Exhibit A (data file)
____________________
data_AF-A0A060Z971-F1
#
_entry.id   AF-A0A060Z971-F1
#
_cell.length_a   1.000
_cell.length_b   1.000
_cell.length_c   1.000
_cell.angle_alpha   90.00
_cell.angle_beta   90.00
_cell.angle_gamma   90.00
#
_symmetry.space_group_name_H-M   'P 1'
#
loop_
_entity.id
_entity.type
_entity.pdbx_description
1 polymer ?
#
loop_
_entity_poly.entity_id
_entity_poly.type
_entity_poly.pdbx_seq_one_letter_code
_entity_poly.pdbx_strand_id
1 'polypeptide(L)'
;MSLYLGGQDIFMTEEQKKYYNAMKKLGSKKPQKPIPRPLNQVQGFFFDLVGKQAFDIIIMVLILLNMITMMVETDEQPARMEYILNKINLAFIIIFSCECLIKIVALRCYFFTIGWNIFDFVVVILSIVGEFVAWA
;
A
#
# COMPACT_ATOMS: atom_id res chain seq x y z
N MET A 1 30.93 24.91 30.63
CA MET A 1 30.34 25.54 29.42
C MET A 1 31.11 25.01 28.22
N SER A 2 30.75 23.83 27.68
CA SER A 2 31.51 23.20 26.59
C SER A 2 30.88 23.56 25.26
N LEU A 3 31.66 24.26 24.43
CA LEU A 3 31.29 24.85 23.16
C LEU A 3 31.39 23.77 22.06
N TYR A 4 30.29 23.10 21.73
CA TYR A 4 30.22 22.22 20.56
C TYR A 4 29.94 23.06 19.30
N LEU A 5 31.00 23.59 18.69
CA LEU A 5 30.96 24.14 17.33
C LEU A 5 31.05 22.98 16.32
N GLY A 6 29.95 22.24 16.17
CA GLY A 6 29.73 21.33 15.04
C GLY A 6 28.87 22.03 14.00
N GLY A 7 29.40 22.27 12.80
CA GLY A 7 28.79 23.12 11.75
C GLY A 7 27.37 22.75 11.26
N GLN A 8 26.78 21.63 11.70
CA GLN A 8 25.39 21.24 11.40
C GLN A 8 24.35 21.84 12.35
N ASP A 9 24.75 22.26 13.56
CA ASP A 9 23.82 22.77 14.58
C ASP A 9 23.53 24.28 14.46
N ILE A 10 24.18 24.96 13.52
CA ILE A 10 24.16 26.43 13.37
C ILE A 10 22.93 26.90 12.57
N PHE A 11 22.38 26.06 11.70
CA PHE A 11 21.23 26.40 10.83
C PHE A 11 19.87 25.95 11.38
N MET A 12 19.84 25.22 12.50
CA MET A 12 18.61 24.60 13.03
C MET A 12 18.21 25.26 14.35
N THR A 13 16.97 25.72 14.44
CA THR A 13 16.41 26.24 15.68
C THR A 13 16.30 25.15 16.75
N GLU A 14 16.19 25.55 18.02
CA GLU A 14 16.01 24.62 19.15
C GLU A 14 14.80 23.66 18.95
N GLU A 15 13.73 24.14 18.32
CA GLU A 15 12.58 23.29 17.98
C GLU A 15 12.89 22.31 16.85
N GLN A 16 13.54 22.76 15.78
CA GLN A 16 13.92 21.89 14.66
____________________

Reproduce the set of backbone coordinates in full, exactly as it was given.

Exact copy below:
data_AF-A0A060Z971-F1
#
_entry.id   AF-A0A060Z971-F1
#
_cell.length_a   1.000
_cell.length_b   1.000
_cell.length_c   1.000
_cell.angle_alpha   90.00
_cell.angle_beta   90.00
_cell.angle_gamma   90.00
#
_symmetry.space_group_name_H-M   'P 1'
#
loop_
_entity.id
_entity.type
_entity.pdbx_description
1 polymer ?
#
loop_
_entity_poly.entity_id
_entity_poly.type
_entity_poly.pdbx_seq_one_letter_code
_entity_poly.pdbx_strand_id
1 'polypeptide(L)'
;MSLYLGGQDIFMTEEQKKYYNAMKKLGSKKPQKPIPRPLNQVQGFFFDLVGKQAFDIIIMVLILLNMITMMVETDEQPARMEYILNKINLAFIIIFSCECLIKIVALRCYFFTIGWNIFDFVVVILSIVGEFVAWA
;
A
#
# COMPACT_ATOMS: atom_id res chain seq x y z
N MET A 1 30.93 24.91 30.63
CA MET A 1 30.34 25.54 29.42
C MET A 1 31.11 25.01 28.22
N SER A 2 30.75 23.83 27.68
CA SER A 2 31.51 23.20 26.59
C SER A 2 30.88 23.56 25.26
N LEU A 3 31.66 24.26 24.43
CA LEU A 3 31.29 24.85 23.16
C LEU A 3 31.39 23.77 22.06
N TYR A 4 30.29 23.10 21.73
CA TYR A 4 30.22 22.22 20.56
C TYR A 4 29.94 23.06 19.30
N LEU A 5 31.00 23.59 18.69
CA LEU A 5 30.96 24.14 17.33
C LEU A 5 31.05 22.98 16.32
N GLY A 6 29.95 22.24 16.17
CA GLY A 6 29.73 21.33 15.04
C GLY A 6 28.87 22.03 14.00
N GLY A 7 29.40 22.27 12.80
CA GLY A 7 28.79 23.12 11.75
C GLY A 7 27.37 22.75 11.26
N GLN A 8 26.78 21.63 11.70
CA GLN A 8 25.39 21.24 11.40
C GLN A 8 24.35 21.84 12.35
N ASP A 9 24.75 22.26 13.56
CA ASP A 9 23.82 22.77 14.58
C ASP A 9 23.53 24.28 14.46
N ILE A 10 24.18 24.96 13.52
CA ILE A 10 24.16 26.43 13.37
C ILE A 10 22.93 26.90 12.57
N PHE A 11 22.38 26.06 11.70
CA PHE A 11 21.23 26.40 10.83
C PHE A 11 19.87 25.95 11.38
N MET A 12 19.84 25.22 12.50
CA MET A 12 18.61 24.60 13.03
C MET A 12 18.21 25.26 14.35
N THR A 13 16.97 25.72 14.44
CA THR A 13 16.41 26.24 15.68
C THR A 13 16.30 25.15 16.75
N GLU A 14 16.19 25.55 18.02
CA GLU A 14 16.01 24.62 19.15
C GLU A 14 14.80 23.66 18.95
N GLU A 15 13.73 24.14 18.32
CA GLU A 15 12.58 23.29 17.98
C GLU A 15 12.89 22.31 16.85
N GLN A 16 13.54 22.76 15.78
CA GLN A 16 13.92 21.89 14.66